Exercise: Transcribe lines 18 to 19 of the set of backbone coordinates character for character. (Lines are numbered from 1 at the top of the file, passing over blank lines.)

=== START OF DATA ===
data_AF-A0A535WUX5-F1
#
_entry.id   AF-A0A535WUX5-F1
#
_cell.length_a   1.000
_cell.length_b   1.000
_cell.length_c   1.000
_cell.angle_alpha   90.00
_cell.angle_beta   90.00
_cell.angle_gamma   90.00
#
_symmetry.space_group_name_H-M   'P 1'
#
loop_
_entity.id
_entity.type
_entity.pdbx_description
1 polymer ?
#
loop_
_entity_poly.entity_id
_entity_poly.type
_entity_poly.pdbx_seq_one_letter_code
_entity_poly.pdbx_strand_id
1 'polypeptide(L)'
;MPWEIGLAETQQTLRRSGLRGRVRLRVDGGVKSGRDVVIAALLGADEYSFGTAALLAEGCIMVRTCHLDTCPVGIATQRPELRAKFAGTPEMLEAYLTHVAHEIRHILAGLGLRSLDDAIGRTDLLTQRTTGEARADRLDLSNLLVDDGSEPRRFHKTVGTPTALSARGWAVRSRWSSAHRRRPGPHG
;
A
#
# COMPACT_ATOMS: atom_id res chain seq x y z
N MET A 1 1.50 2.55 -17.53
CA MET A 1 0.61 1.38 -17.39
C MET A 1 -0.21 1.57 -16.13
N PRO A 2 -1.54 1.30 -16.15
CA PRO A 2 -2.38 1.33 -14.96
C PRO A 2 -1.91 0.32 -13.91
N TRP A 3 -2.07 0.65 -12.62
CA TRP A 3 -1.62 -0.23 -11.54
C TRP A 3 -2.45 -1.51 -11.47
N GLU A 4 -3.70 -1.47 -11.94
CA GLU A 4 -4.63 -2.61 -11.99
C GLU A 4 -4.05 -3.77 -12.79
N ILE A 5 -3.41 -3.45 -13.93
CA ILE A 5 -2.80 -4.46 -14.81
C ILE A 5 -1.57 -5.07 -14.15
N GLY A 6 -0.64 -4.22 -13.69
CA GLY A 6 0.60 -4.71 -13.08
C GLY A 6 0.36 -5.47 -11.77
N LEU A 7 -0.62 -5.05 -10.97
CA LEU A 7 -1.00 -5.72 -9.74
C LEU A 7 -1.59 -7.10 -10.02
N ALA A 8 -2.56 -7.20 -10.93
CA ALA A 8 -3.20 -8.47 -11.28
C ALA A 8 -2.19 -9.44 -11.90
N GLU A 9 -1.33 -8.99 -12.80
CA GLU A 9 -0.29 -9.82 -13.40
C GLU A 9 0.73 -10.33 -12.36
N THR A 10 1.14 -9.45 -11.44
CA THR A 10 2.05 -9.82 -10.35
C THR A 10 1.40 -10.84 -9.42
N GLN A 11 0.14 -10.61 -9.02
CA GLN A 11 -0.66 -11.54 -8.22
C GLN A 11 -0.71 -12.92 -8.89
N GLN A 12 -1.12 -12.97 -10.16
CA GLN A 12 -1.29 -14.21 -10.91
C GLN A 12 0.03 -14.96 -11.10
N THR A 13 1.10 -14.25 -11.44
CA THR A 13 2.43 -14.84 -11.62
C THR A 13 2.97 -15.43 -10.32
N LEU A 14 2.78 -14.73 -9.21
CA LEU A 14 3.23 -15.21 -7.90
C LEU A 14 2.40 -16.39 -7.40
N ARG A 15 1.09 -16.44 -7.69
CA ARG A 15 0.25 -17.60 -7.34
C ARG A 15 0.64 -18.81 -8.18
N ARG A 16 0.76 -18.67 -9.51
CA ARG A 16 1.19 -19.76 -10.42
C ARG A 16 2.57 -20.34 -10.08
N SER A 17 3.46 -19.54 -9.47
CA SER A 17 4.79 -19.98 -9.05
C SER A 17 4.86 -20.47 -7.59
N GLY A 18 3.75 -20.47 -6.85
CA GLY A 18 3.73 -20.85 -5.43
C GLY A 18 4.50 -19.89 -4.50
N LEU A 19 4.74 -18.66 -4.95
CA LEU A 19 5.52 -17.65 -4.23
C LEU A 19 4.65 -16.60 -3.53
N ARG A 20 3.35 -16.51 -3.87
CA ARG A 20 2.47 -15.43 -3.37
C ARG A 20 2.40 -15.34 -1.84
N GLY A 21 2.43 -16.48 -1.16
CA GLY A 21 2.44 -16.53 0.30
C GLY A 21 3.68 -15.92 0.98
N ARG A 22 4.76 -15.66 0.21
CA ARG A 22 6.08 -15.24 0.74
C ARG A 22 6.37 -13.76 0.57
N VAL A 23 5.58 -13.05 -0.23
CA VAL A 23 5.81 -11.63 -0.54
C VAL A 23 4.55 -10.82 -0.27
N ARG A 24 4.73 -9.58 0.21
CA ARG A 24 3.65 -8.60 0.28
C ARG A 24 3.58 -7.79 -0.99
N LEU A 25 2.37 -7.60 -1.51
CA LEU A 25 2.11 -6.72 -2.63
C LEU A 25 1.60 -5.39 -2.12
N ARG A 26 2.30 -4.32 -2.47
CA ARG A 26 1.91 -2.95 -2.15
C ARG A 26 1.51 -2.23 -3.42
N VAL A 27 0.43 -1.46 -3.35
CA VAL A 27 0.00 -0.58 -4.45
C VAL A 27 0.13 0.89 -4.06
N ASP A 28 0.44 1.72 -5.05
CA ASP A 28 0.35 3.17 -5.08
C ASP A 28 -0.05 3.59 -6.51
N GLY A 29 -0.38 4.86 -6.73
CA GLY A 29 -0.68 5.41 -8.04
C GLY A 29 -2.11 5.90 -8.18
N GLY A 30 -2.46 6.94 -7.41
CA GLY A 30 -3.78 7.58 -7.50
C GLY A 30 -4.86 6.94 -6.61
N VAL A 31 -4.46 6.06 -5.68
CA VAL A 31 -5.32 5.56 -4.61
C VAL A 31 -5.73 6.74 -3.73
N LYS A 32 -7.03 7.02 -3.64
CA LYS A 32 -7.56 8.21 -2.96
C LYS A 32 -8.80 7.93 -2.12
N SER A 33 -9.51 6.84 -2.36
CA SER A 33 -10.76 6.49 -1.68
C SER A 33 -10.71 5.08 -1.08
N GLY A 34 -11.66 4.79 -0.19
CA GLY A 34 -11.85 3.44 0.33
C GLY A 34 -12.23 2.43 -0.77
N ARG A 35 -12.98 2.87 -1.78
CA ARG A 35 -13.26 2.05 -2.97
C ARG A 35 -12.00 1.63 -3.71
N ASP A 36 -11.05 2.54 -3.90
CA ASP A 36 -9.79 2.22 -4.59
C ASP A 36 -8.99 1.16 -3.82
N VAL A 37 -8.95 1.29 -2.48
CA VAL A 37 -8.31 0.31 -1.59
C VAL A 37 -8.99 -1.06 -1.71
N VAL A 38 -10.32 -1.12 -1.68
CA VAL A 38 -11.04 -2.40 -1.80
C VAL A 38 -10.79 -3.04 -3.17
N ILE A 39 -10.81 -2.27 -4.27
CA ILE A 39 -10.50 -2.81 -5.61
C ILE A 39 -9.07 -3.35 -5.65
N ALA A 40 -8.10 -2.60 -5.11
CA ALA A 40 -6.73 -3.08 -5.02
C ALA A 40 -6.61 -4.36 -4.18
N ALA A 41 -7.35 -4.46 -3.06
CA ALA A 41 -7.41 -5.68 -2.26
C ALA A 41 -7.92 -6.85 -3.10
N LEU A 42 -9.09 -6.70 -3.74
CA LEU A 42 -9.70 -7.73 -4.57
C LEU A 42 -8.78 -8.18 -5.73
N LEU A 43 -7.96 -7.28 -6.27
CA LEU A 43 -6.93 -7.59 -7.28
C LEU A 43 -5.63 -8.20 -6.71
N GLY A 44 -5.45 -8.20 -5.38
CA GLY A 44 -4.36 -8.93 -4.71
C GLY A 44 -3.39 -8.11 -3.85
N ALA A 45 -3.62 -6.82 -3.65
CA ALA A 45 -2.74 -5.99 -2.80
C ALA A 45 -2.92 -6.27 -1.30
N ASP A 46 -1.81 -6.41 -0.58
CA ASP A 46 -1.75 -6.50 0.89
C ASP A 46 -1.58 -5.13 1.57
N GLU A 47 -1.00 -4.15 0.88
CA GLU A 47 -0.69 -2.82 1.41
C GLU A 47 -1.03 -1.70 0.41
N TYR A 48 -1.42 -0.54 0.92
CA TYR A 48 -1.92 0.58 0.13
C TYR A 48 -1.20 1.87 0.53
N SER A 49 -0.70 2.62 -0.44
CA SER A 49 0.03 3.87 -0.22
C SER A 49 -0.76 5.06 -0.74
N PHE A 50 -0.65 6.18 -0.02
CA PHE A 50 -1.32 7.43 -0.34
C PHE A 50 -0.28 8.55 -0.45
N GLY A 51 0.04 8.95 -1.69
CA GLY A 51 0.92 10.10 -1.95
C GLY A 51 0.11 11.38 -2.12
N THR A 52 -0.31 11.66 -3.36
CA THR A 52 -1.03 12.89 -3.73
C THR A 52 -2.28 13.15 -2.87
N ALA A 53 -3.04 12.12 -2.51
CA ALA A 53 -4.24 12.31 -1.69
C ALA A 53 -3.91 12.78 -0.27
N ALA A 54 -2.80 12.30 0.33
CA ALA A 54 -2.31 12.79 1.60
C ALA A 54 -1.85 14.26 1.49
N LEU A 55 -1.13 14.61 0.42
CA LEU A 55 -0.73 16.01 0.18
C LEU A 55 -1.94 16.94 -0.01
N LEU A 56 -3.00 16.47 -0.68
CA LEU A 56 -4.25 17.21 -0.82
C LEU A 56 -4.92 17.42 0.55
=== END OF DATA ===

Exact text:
1 polymer ?
#